Varadkar and his Ministers go back to school in search of creativity
‘Creative Youth’ plan to give every child access to cultural expression by 2022
“Does anyone know what my job is?” Leo Varadkar asked the first and second class pupils in St Laurence O’Toole Girls National School on Seville Place in the middle of Dublin. A hand shot up. “Ruler of Ireland. ”
The Taoiseach beamed and mumbled something about it not always feeling that way. But you could tell he didn’t really mean it.
It seemed clear both he the girls had been reading the latest opinion poll in The Irish Times. Certainly Mr Varadkar seemed in glowing form as he graciously acknowledged his job description. “And I do have certain powers as the leader of the country,” he added. “One of them is to make sure you have no homework tonight.”
Ignoring a rebellious murmur from Richard Bruton that cancelling homework was the prerogative of the Minister for Education, the Taoiseach talked about the work he was doing building hospitals and finding jobs for people. But he also had to think about the future.
In what might come as a surprise to Dublin’s tram drivers, he informed the children that “in a couple of years’ time the Luas will be able to drive itself”.
All of which was a preamble to the business of the morning. The Taoiseach, along with his Ministers for Finance, Education and Culture, assorted civil servants, media types and hangers-on, had crammed into a small classroom in Dublin’s north inner city for the launch of Creative Youth, the Government’s plan to give every child in Ireland access to tuition, experience and participation in music, drama, art and coding by 2022.
The plan is one of the five “pillars” of Creative Ireland, the overarching cultural strategy devised originally by John Concannon,who has since gone on to head the Government’s mildly controversial Strategic Communications Unit.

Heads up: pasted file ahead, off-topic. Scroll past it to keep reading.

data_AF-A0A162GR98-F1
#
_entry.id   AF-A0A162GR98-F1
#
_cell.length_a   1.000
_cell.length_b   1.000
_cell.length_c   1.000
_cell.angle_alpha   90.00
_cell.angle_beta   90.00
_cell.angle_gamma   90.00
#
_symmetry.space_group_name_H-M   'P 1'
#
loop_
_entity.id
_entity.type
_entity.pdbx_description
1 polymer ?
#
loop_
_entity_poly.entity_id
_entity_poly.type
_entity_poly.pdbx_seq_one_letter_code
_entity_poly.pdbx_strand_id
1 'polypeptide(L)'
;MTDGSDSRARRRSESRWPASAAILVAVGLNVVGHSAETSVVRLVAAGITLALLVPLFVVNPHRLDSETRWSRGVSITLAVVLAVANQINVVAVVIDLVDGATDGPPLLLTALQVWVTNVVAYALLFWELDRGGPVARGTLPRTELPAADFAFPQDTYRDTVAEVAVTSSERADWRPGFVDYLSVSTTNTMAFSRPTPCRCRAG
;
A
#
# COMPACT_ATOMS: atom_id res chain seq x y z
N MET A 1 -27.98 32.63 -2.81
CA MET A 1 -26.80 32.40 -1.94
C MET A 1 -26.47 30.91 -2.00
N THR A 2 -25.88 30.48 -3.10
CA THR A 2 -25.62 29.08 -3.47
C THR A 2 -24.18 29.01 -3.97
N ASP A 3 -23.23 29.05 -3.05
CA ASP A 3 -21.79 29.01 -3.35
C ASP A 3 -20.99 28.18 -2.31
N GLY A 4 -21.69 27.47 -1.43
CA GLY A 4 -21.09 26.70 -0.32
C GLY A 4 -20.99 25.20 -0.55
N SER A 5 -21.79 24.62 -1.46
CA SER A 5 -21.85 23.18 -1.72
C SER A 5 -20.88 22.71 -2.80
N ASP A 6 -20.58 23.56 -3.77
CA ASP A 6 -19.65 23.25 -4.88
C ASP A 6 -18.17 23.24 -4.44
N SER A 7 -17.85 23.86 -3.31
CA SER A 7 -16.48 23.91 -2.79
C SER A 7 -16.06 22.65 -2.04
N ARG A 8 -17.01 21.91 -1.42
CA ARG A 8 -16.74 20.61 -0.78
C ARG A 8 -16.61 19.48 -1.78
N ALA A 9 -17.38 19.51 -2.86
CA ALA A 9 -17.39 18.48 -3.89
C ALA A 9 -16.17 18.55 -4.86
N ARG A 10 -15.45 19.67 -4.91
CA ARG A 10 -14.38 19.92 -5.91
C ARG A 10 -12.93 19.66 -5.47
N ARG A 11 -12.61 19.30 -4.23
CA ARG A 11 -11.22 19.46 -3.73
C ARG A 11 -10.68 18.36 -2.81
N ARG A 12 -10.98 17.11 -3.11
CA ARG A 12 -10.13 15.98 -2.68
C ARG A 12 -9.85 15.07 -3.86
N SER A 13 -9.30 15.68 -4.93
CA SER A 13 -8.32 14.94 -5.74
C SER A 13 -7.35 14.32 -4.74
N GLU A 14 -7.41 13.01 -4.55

“We don’t know what the future’s going to look like, but we do know it’s going to be really different. We think the best way to prepare you for the future is to help you to be creative,” Mr Varadkar said.
One of the major strands of the new plan is the Music Generation programme, which received its original funding from U2 and now reaches over 41,000 children and young people, both inside and outside of school. That number will increase substantially, the Taoiseach said, with a countrywide rollout “as soon as possible”. There will also be greater opportunities for young people to learn coding and computational thinking, along with the chance to participate in drama and theatre and choral singing.
Earlier, the Ministers saw the girls perform their nativity play, culminating in a fine rendition of Silent Night. New Minister for Culture, Heritage and the Gaeltacht Josepha Madigan took the opportunity to prove she can competently read a script in the first national language. Paschal Donohoe revealed that as a child he had not only written short stories but had them published. If he hadn’t chosen a political career, he told the children, he would have liked to have been a fiction writer.
Most poignantly of all, we heard that, as a young child, the Taoiseach had been forbidden to play a musical instrument. “The house I grew up in was a business as well, and my mother would never let me play an instrument because it might create noise,” he said wistfully.
Who knows what might have been?